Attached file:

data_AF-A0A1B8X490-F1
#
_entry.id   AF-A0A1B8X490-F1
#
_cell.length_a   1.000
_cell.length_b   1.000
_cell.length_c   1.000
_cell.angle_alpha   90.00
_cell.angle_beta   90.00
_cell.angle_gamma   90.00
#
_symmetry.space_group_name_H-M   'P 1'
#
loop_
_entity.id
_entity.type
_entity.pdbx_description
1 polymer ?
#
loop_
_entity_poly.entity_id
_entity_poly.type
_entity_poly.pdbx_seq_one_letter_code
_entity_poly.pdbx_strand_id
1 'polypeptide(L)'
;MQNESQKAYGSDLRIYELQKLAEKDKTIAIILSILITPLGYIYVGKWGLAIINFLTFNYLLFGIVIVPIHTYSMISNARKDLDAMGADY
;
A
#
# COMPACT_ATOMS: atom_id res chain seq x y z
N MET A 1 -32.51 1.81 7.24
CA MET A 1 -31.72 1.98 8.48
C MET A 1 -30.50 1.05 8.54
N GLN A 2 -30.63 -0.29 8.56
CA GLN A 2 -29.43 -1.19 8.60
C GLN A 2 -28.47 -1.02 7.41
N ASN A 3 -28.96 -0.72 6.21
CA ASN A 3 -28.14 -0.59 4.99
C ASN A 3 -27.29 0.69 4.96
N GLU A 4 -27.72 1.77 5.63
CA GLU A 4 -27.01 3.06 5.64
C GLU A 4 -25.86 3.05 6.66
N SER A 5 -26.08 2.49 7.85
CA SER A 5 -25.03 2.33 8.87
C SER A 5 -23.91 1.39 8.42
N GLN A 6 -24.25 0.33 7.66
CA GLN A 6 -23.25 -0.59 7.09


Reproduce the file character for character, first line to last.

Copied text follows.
data_AF-A0A1B8X490-F1
#
_entry.id   AF-A0A1B8X490-F1
#
_cell.length_a   1.000
_cell.length_b   1.000
_cell.length_c   1.000
_cell.angle_alpha   90.00
_cell.angle_beta   90.00
_cell.angle_gamma   90.00
#
_symmetry.space_group_name_H-M   'P 1'
#
loop_
_entity.id
_entity.type
_entity.pdbx_description
1 polymer ?
#
loop_
_entity_poly.entity_id
_entity_poly.type
_entity_poly.pdbx_seq_one_letter_code
_entity_poly.pdbx_strand_id
1 'polypeptide(L)'
;MQNESQKAYGSDLRIYELQKLAEKDKTIAIILSILITPLGYIYVGKWGLAIINFLTFNYLLFGIVIVPIHTYSMISNARKDLDAMGADY
;
A
#
# COMPACT_ATOMS: atom_id res chain seq x y z
N MET A 1 -32.51 1.81 7.24
CA MET A 1 -31.72 1.98 8.48
C MET A 1 -30.50 1.05 8.54
N GLN A 2 -30.63 -0.29 8.56
CA GLN A 2 -29.43 -1.19 8.60
C GLN A 2 -28.47 -1.02 7.41
N ASN A 3 -28.96 -0.72 6.21
CA ASN A 3 -28.14 -0.59 4.99
C ASN A 3 -27.29 0.69 4.96
N GLU A 4 -27.72 1.77 5.63
CA GLU A 4 -27.01 3.06 5.64
C GLU A 4 -25.86 3.05 6.66
N SER A 5 -26.08 2.49 7.85
CA SER A 5 -25.03 2.33 8.87
C SER A 5 -23.91 1.39 8.42
N GLN A 6 -24.25 0.33 7.66
CA GLN A 6 -23.25 -0.59 7.09